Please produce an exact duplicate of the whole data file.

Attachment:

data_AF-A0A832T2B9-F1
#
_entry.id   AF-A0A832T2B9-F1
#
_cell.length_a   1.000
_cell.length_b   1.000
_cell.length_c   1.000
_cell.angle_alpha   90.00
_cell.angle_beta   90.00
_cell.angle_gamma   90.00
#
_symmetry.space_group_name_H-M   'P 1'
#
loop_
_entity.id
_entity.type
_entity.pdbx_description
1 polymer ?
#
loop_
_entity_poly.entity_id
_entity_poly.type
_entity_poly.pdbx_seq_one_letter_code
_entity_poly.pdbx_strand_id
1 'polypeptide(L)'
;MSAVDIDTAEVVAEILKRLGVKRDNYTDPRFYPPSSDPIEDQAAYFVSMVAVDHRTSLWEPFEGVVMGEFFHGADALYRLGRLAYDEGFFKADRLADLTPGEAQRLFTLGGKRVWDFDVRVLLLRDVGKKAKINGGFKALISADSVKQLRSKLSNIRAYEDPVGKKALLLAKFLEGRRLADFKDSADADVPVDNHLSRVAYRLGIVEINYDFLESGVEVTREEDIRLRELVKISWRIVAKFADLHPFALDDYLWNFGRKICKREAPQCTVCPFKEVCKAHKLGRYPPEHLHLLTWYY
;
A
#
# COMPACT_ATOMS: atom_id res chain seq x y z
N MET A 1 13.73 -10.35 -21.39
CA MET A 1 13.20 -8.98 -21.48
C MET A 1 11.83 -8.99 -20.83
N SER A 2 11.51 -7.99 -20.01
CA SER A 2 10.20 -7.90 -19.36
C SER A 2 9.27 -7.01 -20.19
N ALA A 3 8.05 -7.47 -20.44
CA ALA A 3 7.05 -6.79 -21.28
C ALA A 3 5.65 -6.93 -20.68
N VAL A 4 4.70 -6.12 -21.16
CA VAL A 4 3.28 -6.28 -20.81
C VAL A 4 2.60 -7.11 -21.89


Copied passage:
data_AF-A0A832T2B9-F1
#
_entry.id   AF-A0A832T2B9-F1
#
_cell.length_a   1.000
_cell.length_b   1.000
_cell.length_c   1.000
_cell.angle_alpha   90.00
_cell.angle_beta   90.00
_cell.angle_gamma   90.00
#
_symmetry.space_group_name_H-M   'P 1'
#
loop_
_entity.id
_entity.type
_entity.pdbx_description
1 polymer ?
#
loop_
_entity_poly.entity_id
_entity_poly.type
_entity_poly.pdbx_seq_one_letter_code
_entity_poly.pdbx_strand_id
1 'polypeptide(L)'
;MSAVDIDTAEVVAEILKRLGVKRDNYTDPRFYPPSSDPIEDQAAYFVSMVAVDHRTSLWEPFEGVVMGEFFHGADALYRLGRLAYDEGFFKADRLADLTPGEAQRLFTLGGKRVWDFDVRVLLLRDVGKKAKINGGFKALISADSVKQLRSKLSNIRAYEDPVGKKALLLAKFLEGRRLADFKDSADADVPVDNHLSRVAYRLGIVEINYDFLESGVEVTREEDIRLRELVKISWRIVAKFADLHPFALDDYLWNFGRKICKREAPQCTVCPFKEVCKAHKLGRYPPEHLHLLTWYY
;
A
#
# COMPACT_ATOMS: atom_id res chain seq x y z
N MET A 1 13.73 -10.35 -21.39
CA MET A 1 13.20 -8.98 -21.48
C MET A 1 11.83 -8.99 -20.83
N SER A 2 11.51 -7.99 -20.01
CA SER A 2 10.20 -7.90 -19.36
C SER A 2 9.27 -7.01 -20.19
N ALA A 3 8.05 -7.47 -20.44
CA ALA A 3 7.05 -6.79 -21.28
C ALA A 3 5.65 -6.93 -20.68
N VAL A 4 4.70 -6.12 -21.16
CA VAL A 4 3.28 -6.28 -20.81
C VAL A 4 2.60 -7.11 -21.89